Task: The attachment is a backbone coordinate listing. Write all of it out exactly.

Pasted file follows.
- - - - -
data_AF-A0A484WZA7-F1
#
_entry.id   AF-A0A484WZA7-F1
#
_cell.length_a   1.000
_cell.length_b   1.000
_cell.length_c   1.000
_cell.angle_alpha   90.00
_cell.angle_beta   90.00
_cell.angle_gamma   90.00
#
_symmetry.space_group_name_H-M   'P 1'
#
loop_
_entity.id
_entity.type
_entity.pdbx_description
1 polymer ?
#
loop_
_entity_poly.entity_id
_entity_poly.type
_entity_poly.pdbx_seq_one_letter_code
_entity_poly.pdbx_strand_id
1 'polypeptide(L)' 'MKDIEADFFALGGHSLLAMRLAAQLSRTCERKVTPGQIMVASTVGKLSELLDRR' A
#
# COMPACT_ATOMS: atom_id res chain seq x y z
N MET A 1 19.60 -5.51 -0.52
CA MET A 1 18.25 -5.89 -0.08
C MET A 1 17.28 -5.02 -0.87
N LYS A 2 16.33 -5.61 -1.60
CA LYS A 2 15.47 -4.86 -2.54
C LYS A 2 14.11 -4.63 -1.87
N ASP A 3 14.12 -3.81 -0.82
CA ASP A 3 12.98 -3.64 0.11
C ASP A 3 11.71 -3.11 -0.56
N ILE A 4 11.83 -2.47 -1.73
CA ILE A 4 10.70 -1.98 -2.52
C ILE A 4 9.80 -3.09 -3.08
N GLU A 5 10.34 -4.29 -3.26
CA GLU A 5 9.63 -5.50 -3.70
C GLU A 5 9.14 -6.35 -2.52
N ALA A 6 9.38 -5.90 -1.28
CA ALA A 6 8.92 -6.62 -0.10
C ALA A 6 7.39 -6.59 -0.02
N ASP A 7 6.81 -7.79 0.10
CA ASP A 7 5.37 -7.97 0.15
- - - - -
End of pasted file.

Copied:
data_AF-A0A484WZA7-F1
#
_entry.id   AF-A0A484WZA7-F1
#
_cell.length_a   1.000
_cell.length_b   1.000
_cell.length_c   1.000
_cell.angle_alpha   90.00
_cell.angle_beta   90.00
_cell.angle_gamma   90.00
#
_symmetry.space_group_name_H-M   'P 1'
#
loop_
_entity.id
_entity.type
_entity.pdbx_description
1 polymer ?
#
loop_
_entity_poly.entity_id
_entity_poly.type
_entity_poly.pdbx_seq_one_letter_code
_entity_poly.pdbx_strand_id
1 'polypeptide(L)' 'MKDIEADFFALGGHSLLAMRLAAQLSRTCERKVTPGQIMVASTVGKLSELLDRR' A
#
# COMPACT_ATOMS: atom_id res chain seq x y z
N MET A 1 19.60 -5.51 -0.52
CA MET A 1 18.25 -5.89 -0.08
C MET A 1 17.28 -5.02 -0.87
N LYS A 2 16.33 -5.61 -1.60
CA LYS A 2 15.47 -4.86 -2.54
C LYS A 2 14.11 -4.63 -1.87
N ASP A 3 14.12 -3.81 -0.82
CA ASP A 3 12.98 -3.64 0.11
C ASP A 3 11.71 -3.11 -0.56
N ILE A 4 11.83 -2.47 -1.73
CA ILE A 4 10.70 -1.98 -2.52
C ILE A 4 9.80 -3.09 -3.08
N GLU A 5 10.34 -4.29 -3.26
CA GLU A 5 9.63 -5.50 -3.70
C GLU A 5 9.14 -6.35 -2.52
N ALA A 6 9.38 -5.90 -1.28
CA ALA A 6 8.92 -6.62 -0.10
C ALA A 6 7.39 -6.59 -0.02
N ASP A 7 6.81 -7.79 0.10
CA ASP A 7 5.37 -7.97 0.15